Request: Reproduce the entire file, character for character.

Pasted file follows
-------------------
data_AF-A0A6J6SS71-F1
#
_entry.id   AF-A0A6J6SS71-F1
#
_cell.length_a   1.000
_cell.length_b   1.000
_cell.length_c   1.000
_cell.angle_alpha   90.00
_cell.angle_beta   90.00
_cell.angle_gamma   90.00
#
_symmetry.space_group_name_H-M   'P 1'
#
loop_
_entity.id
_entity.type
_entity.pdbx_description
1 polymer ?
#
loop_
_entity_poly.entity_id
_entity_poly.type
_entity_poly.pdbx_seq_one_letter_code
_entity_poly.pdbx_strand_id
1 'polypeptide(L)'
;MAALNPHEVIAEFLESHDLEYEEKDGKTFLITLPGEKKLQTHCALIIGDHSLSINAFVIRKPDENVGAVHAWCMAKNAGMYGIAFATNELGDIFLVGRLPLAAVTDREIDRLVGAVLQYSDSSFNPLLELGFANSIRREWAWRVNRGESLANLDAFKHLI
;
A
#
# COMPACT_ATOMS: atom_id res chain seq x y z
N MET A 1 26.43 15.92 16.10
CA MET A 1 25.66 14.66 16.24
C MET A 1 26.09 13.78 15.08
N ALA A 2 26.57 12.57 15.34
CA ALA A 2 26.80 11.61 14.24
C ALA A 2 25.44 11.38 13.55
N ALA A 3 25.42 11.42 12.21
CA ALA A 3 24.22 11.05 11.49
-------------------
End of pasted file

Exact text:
data_AF-A0A6J6SS71-F1
#
_entry.id   AF-A0A6J6SS71-F1
#
_cell.length_a   1.000
_cell.length_b   1.000
_cell.length_c   1.000
_cell.angle_alpha   90.00
_cell.angle_beta   90.00
_cell.angle_gamma   90.00
#
_symmetry.space_group_name_H-M   'P 1'
#
loop_
_entity.id
_entity.type
_entity.pdbx_description
1 polymer ?
#
loop_
_entity_poly.entity_id
_entity_poly.type
_entity_poly.pdbx_seq_one_letter_code
_entity_poly.pdbx_strand_id
1 'polypeptide(L)'
;MAALNPHEVIAEFLESHDLEYEEKDGKTFLITLPGEKKLQTHCALIIGDHSLSINAFVIRKPDENVGAVHAWCMAKNAGMYGIAFATNELGDIFLVGRLPLAAVTDREIDRLVGAVLQYSDSSFNPLLELGFANSIRREWAWRVNRGESLANLDAFKHLI
;
A
#
# COMPACT_ATOMS: atom_id res chain seq x y z
N MET A 1 26.43 15.92 16.10
CA MET A 1 25.66 14.66 16.24
C MET A 1 26.09 13.78 15.08
N ALA A 2 26.57 12.57 15.34
CA ALA A 2 26.80 11.61 14.24
C ALA A 2 25.44 11.38 13.55
N ALA A 3 25.42 11.42 12.21
CA ALA A 3 24.22 11.05 11.49